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Friday
Oct182013

Gyms As Motivational Third Spaces  

Image © Gensler

As I finished up my workout at a local gym the other day, I couldn’t help feeling something has been missing from my workout regimen lately. I have been feeling uninspired and frankly am finding it hard to get back into a routine. As I walked out, I realized what it was. I am no longer inspired by my gym. I looked around and noticed that the gym felt tired and un-energetic. It was the middle of a weekend day. The weather wasn't so perfect that everyone would rather have been outside, but it also wasn’t so bad that it would keep people from leaving their homes. This should have been peak gym time. The place should have been brimming at the seams with people all striving to reach their fitness goals. The gym is a well-established, national big box location in a densely populated area. So why was it so empty?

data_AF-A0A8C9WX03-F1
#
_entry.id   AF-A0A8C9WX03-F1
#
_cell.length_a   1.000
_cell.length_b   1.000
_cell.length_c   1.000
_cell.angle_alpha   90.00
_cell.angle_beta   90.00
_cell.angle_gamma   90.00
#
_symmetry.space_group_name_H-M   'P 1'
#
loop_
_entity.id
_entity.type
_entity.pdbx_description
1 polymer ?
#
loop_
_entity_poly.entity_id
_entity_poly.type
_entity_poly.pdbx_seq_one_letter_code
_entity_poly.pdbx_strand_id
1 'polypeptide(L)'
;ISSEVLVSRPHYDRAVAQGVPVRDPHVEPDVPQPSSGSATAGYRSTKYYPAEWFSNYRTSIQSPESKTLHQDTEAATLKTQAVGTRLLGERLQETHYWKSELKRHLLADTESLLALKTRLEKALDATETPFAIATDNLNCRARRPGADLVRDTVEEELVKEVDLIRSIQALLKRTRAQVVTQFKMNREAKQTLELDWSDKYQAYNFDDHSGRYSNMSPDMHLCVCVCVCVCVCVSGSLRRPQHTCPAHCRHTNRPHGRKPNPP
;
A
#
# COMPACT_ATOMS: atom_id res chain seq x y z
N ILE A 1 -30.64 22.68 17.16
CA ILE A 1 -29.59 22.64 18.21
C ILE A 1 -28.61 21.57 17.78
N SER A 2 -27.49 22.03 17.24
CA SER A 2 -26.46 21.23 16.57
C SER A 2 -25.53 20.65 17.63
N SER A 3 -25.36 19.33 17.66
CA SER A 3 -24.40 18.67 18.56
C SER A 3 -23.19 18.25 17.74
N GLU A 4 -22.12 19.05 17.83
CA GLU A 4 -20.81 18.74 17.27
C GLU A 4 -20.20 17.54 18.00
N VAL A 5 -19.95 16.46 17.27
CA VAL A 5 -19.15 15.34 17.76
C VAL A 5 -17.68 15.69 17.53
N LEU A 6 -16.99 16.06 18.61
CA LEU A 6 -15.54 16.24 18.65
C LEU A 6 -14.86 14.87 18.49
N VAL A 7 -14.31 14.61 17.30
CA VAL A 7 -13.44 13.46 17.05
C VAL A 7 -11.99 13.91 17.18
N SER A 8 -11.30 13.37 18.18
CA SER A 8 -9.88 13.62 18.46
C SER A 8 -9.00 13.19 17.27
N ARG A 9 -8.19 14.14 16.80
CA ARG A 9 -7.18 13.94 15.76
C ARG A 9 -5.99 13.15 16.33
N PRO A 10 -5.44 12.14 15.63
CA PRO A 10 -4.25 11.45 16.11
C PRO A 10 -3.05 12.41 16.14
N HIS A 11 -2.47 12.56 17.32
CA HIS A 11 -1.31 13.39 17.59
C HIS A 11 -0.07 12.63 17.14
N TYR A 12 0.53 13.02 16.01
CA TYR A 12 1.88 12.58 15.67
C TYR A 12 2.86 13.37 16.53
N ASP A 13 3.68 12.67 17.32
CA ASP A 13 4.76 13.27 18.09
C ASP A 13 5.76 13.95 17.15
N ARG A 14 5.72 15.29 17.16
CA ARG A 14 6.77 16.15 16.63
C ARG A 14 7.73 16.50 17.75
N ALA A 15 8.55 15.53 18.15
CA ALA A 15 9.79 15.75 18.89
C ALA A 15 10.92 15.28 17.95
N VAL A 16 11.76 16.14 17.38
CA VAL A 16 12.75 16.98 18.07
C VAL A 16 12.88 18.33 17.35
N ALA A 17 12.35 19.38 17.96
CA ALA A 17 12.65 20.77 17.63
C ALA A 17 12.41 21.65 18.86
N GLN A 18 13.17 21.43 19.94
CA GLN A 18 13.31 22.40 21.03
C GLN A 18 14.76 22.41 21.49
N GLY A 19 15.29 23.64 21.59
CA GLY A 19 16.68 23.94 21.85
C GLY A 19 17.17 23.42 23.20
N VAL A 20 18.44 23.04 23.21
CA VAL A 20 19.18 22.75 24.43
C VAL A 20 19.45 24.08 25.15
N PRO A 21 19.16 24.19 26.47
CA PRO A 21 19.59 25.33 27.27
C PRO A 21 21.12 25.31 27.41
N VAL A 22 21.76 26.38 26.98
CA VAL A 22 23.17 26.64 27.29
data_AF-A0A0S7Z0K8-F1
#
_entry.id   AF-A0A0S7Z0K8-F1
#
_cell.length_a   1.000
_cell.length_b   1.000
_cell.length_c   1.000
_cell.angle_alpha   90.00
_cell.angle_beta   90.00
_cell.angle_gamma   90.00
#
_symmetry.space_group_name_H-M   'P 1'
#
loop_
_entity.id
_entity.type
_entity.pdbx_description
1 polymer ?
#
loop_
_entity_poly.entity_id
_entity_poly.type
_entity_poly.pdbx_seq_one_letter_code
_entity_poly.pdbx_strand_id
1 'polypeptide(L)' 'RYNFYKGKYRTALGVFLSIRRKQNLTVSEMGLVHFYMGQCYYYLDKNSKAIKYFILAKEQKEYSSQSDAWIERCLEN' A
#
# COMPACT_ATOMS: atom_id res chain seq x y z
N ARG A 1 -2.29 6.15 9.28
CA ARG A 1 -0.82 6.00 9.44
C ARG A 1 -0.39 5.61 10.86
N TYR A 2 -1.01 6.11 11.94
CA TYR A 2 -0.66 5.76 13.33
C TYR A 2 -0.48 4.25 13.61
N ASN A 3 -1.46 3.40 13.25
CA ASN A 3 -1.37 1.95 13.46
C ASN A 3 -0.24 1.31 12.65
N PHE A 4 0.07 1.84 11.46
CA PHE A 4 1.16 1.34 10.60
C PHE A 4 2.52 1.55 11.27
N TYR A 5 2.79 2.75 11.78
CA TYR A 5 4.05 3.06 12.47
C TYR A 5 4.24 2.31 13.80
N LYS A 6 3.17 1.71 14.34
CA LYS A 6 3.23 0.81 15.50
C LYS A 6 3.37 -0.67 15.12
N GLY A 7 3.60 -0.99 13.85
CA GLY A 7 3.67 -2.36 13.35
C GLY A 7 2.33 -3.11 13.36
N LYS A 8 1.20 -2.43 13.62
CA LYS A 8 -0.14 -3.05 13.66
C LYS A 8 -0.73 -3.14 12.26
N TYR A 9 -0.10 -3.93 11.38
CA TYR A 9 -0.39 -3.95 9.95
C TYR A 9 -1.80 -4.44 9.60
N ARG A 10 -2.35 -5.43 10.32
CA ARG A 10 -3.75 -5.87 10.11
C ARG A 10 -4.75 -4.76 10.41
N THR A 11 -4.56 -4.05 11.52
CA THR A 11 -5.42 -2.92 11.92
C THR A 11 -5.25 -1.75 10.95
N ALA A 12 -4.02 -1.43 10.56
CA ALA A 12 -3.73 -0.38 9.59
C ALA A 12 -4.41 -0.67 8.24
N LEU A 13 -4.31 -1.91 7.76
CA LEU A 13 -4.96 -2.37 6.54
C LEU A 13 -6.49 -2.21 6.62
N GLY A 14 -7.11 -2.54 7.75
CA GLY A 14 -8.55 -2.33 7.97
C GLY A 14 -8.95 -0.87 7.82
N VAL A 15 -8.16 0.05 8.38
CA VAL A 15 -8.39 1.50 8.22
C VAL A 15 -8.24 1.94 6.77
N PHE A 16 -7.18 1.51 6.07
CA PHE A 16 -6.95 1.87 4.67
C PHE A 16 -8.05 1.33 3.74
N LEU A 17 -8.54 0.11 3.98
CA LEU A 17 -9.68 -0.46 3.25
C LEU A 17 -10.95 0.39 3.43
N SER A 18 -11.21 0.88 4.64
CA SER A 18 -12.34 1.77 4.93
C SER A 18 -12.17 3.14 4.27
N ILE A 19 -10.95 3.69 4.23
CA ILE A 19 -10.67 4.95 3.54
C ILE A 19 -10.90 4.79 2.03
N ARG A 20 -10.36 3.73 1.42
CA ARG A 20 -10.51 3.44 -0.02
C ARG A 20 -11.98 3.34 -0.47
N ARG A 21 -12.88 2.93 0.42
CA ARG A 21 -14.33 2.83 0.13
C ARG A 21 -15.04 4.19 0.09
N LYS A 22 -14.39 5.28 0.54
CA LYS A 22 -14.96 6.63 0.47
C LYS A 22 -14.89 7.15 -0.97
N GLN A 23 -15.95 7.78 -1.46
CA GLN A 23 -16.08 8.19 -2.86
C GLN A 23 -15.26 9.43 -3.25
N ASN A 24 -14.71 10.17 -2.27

In some ways, there is a programming element at play. There is a lot of new competition on the market these days from new chains moving into the metro Washington, D.C., area (where I live). There are also a handful of high-end local boutique gyms and more specialized training centers like Cross Fit and MMA studios. Setting that part of the equation aside the missed opportunity for some of these big box gyms is the architecture. For starters, the layouts are formulaic: A large, oversized check in desk adjacent to a few lounge chairs that look like an afterthought greets patrons at the door. A sales area consisting of closed offices (some open with high panels between them) comes next. Past this area is floor, the entire floor, marked by lines and lines of treadmills, elliptical machines and bikes. Off in the distance is the weight area: A mixture of machines and free weights and maybe a circuit area. On the perimeter there may be couple of class rooms and of course the locker rooms and some back of house spaces.

Operationally, this layout makes sense. Your staff can monitor the entire floor at one glance. Your members know exactly where to find the equipment that they are looking for. Your prospective members can be impressed by the sheer size of the club while they are starting their tour or signing on the dotted line. But functionally, is this layout really the best to provide results for your members. Any fitness enthusiast will tell you variety is critical to your success. You need to change your workout occasionally to maintain or improve your results. So what if the design of gyms did the same?